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Attorney General Lockyer Files Criminal Charges Against Former Hewlett-Packard Chairwoman Dunn, Four Others in 'Pretexting' Case

Former In-House Counsel and Ethics Chief Hunsaker, Outside Contractors Also Charged

Wednesday, October 4, 2006
Contact: (415) 703-5837, agpressoffice@doj.ca.gov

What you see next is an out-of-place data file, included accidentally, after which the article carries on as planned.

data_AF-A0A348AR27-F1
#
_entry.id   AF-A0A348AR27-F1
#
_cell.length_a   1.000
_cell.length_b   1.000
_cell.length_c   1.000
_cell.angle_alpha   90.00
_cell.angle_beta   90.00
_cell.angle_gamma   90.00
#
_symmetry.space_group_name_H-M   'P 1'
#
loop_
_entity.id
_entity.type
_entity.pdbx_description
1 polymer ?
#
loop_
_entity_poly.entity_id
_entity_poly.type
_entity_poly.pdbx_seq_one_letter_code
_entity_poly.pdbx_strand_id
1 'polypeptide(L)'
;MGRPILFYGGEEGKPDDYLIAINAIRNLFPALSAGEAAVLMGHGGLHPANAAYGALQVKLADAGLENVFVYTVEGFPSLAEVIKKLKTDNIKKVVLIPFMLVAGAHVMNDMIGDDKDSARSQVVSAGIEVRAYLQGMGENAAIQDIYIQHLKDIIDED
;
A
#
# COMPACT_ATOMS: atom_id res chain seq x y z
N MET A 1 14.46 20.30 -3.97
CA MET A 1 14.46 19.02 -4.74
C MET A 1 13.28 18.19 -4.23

(SACRAMENTO) – Attorney General Bill Lockyer today filed felony charges against former Hewlett-Packard Chairwoman Patricia C. Dunn and four other defendants, alleging they committed criminal offenses related to the use of false pretenses to access individuals’ phone records during the company’s probe of boardroom leaks to the media.<br /><br />“One of our state’s most venerable corporate institutions lost its way as its board sought to find out who leaked confidential company information to the press,” said Lockyer. “In this misguided effort, people inside and outside HP violated privacy rights and broke state law. On behalf of Californians, who cherish privacy so much they enshrined the right in our state Constitution, those who crossed the legal line must be held accountable. That is my duty, and I will perform it in a manner that reflects the gravity and importance of this case.”<br /><br />In a criminal complaint filed today in Santa Clara County Superior Court, Lockyer charged Dunn and the following individuals with crimes in connection with the Hewlett-Packard “pretexting” incident: Kevin T. Hunsaker, former in-house lawyer and ethics chief for Hewlett-Packard; Ronald R. DeLia, managing director of Security Outsourcing Solutions, an outside security contractor for Hewlett-Packard; Matthew Depante, manager of Florida-based information broker Action Research Group (ARG); and Bryan C. Wagner, a Colorado-based employee of ARG.<br /><br />The felony complaint charges all five defendants with four felony counts: fraudulent wire communications in violation of Penal Code section 538.5; wrongful use of computer data in violation of Penal Code section 502(c)(2); identity theft in violation of Penal Code section 530.5; and conspiracy to commit those three crimes. <br /><br />Under Penal Code section 538.5, the complaint alleges the defendants used “false and fraudulent pretenses” to obtain from a phone company confidential information, including billing records, belonging to 12 individuals. The victims included Hewlett-Packard board members and their family members, and reporters and their family members. The complaint alleges the defendants violated Penal Code section 502(c)(2) when they willfully and knowingly accessed, and without permission used, computerized telephone account data belonging to two Hewlett-Packard board members and one journalist.<br /><br />On the identity theft count, according to the complaint, the defendants willfully obtained personal identifying information – including names, phone numbers and Social Security numbers – on 13 Hewlett-Packard board members, journalists and family members. In violation of Penal Code section 530.5, the defendants then used that information for an unlawful purpose, the complaint alleges. <br /><br />The complaint and supporting declaration detail how Dunn and Hunsaker knew the outside investigators obtained phone records through false pretenses. After acquiring that knowledge, the complaint and declaration allege, both Dunn and Hunsaker facilitated the continued use of the illegal means to obtain phone records, making both culpable for the crimes.<br /><br />For example, with respect to Dunn, the complaint alleges she gave DeLia the home, cell and office phone numbers for Hewlett-Packard board members in April 2005. Two months later, in a June 2005 briefing provided by DeLia to Dunn and Baskins, Dunn learned “telephone records were obtained by ruse from telephone and cellular carriers,” the complaint alleges. Then, beginning in January 2006, with full knowledge of the methods used to obtain phone records, Dunn participated in renewing Hewlett-Packard’s leak investigation, subsequently received regular briefings on its progress and therefore knew DeLia was again part of the investigation team.<br /><br />Regarding Hunsaker, the complaint alleges he became aware in January 2006 that the outside investigators used by Hewlett-Packard during the leak investigation obtained phone records by ruse. After learning of the subterfuge, Hunsaker nevertheless provided the investigators the home, cellular and office phone numbers for Hewlett-Packard officials, according to the complaint.<br /><br />The supporting declaration also details the roles of DeLia, Depante and Wagner. As described in the declaration, Dunn and Hunsaker retained DeLia to find the source of the boardroom leaks. DeLia hired ARG, managed by DePante, to obtain the phone records, and knew ARG obtained records through false pretenses. Wagner was employed by ARG and performed the actual work of unlawfully obtaining phone records through false pretenses, the declaration alleges.<br /><br />All four counts carry a maximum prison sentence of three years. The maximum fine for each of the three underlying felonies is $10,000. A conviction for conspiracy to fraudulently obtain phone records, or conspiracy to unlawfully access and use computer data, carries a maximum fine of $10,000. Conspiracy to commit identity theft can bring a maximum fine of $25,000.<br /> <br />Along with the complaint, Lockyer asked the court to issue warrants for the arrest of the five defendants. Lockyer’s office will make arrangements with counsel for Dunn and Hunsaker to surrender voluntarily. As for the defendants who reside outside California – DeLia, Depante and Wagner – Lockyer’s office will be making arrangements for their arrest and eventual extradition to California to stand trial.<br /><br /><a href="/newsalerts/video/061004Meeting.mov">Webstream Video of Lockyer Statement on HP Criminal Charges</a> (MOV file 25mb)<br /><br /><a href="/newsalerts/video/061004PressAudio.mp3">Audio on HP Criminal Charges</a> (MP3 file 32mb)